Travel agents greeted news of a joint venture between Delta Air Lines and Virgin Atlantic Airways favorably, saying the agreement will result in smoother connections and service for clients, especially to London through New York.
On the downside for consumers, transatlantic airfares will become even less competitive, according to an airline analyst.
Under an agreement announced today, Delta is investing $360 million to acquire a 49% stake in Virgin Atlantic. Delta is acquiring the stake currently held by Singapore Airlines.
Virgin Group and Sir Richard Branson will retain the majority 51% stake, and Virgin Atlantic will retain its brand and operating certificate.
The joint venture, expected to be implemented by the end of 2013, will result in a combined transatlantic network between North America and the U.K., with 31 peak roundtrip flights.
Cooperation in services between New York and London will encompass nine daily roundtrips between London-Heathrow and JFK and Newark airports.
Frequent flyers of both carriers will receive reciprocal benefits, while elite passengers will have shared access to Delta Sky Club and Virgin Atlantic Clubhouse airport lounges.
The joint venture will be especially beneficial for clients transferring from domestic Delta flights to Virgin Atlantic, said Lois Howes of Superior Travel in Freeport., N.Y. Superior Travel serves a mix of corporate and leisure travelers.
“It will be a greater convenience, as you will no longer have to re-check your luggage. This will be a great thing for my clients in the Northeast flying into JFK. I’m looking forward to it.”
A boost for Delta
Howes was also happy about the fact that the venture is likely to mean a stronger position for Delta, an airline she prefers to some other top U.S. carriers.
“Anytime I can steer clients to Delta, I’m happy,” she said. “A lot of my corporate customers use Delta or Virgin Atlantic, so the fact that there are now reciprocal frequent flyer benefits is a good thing for them as well.”
Equally enthused is Philip Overton, owner of North Dallas Travel Leaders in Dallas, which also handles a mix of corporate and leisure business.
“I think it’s great – Delta is about the best domestic carrier we have in terms of customer service,” he said. “Virgin Atlantic is a good company in that regard too. So this is a good move that will benefit the public.”
Overton said he was puzzled about why the two airlines entered the agreement, particularly in view of the routes they serve. “They may be strong at slightly different airports, but much of their transatlantic routing is the same.”
More options for business travelers
"This will give the business traveler far more options," said Jennifer Wilson-Buttitieg, co-owner of Valerie Wilson Travel in New York. "Delta has huge hubs and has been investing a lot at New York airports. It gives more flight lift into a variety of places."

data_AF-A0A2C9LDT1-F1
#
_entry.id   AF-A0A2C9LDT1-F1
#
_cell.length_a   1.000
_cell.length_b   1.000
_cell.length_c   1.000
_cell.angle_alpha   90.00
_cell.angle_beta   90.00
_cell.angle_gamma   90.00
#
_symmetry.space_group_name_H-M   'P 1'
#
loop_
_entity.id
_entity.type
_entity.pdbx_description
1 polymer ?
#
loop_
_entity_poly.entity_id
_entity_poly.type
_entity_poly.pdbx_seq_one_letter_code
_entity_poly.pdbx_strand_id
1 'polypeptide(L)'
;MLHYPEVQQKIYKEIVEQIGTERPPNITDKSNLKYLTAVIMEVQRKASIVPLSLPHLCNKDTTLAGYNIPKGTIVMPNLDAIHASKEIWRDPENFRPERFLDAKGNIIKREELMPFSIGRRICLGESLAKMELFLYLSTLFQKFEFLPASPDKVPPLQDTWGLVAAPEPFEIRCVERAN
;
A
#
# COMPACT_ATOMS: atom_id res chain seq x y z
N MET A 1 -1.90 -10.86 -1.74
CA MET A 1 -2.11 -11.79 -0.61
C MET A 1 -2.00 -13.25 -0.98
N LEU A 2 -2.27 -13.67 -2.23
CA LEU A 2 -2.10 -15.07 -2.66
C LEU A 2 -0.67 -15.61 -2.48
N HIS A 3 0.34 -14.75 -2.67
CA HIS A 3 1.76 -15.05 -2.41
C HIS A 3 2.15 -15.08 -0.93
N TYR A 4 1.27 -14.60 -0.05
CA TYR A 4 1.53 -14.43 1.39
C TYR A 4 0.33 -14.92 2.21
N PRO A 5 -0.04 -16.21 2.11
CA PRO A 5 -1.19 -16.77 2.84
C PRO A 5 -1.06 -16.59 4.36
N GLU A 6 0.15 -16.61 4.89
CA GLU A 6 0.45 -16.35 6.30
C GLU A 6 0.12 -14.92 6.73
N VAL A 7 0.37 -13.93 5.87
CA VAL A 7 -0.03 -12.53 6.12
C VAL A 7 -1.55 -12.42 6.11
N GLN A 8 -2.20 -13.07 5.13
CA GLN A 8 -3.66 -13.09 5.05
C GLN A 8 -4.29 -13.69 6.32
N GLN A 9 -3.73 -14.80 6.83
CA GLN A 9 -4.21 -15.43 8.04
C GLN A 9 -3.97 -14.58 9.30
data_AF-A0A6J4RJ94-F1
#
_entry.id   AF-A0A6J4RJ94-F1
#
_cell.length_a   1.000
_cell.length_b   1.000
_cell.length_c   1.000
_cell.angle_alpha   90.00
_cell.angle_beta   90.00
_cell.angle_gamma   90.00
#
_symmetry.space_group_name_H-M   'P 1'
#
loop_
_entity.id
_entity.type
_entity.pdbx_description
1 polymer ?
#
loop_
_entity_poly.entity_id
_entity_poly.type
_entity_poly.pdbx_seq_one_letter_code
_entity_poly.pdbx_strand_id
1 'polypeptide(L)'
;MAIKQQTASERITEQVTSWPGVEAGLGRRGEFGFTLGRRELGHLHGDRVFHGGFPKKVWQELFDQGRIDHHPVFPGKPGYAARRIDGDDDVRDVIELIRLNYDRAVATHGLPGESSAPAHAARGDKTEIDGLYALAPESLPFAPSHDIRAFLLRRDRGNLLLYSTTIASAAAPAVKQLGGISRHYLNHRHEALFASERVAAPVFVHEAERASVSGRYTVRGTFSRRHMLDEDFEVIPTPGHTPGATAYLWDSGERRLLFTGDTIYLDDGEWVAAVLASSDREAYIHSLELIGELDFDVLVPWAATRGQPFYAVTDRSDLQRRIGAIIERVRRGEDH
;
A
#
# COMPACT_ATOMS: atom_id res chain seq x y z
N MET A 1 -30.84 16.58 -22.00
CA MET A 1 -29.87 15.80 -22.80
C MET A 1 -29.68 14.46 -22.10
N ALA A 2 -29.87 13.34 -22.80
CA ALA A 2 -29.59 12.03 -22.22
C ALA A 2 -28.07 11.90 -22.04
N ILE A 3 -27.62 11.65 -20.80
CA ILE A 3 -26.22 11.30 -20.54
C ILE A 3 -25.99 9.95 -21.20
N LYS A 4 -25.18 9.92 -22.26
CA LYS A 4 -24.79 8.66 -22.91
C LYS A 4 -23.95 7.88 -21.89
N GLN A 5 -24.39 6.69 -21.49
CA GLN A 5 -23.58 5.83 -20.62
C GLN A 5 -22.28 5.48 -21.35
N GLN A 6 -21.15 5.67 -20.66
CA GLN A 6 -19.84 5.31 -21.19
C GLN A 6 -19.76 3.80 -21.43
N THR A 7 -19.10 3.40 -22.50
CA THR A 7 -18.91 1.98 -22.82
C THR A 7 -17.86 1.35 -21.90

She also noted that Delta has a good track record in regards to previous integration with other airlines. "Delta successfully integrated with Northwest, KLM and Alitalia, so there’s no reason that this integration won’t also be successful."
The venture also means a strengthening of the SkyTeam alliance of which Delta is a member, she added. "TMCs and business travelers are incerasingly looking to airline alliances such as SkyTeam, Oneworld and Star. These partnerships mean greater access to more routes and stronger relationships."
Delta is expected to benefit from the joint venture by gaining a stronger presence in both the New York and U.K. markets, particularly in the lucrative London-New York route heavily used by business travelers.
"For Delta, this really cements their position in New York as the big carrier," airline analyst Robert Mann told Travel Market Report. "They have been engaging in the battle for New York with American and United for a couple of years. They will also come out ahead at Heathrow, pulling ahead of United there."
The partnership will “strengthen both airlines and provide a more effective competitor between North America and the U.K., particularly on the New York-London route, which is the largest airline route between the U.S. and Europe,” said Delta CEO Richard Anderson in a statement.
Virgin Atlantic chief executive Steve Ridgeway commented that the joint venture will “deliver much more effective competition at Heathrow. Customers will reap the rewards of this partnership.”
Impact on fares
However, leisure travelers shopping for cheap transatlantic airfares are not likely to reap rewards, according to Mann.
"This is one more nail in the coffin on low fares across the Atlantic," he said. "Whenever there are consolidation and anti-trust immunity alliances, the low fares go away. There will be less competitive pricing."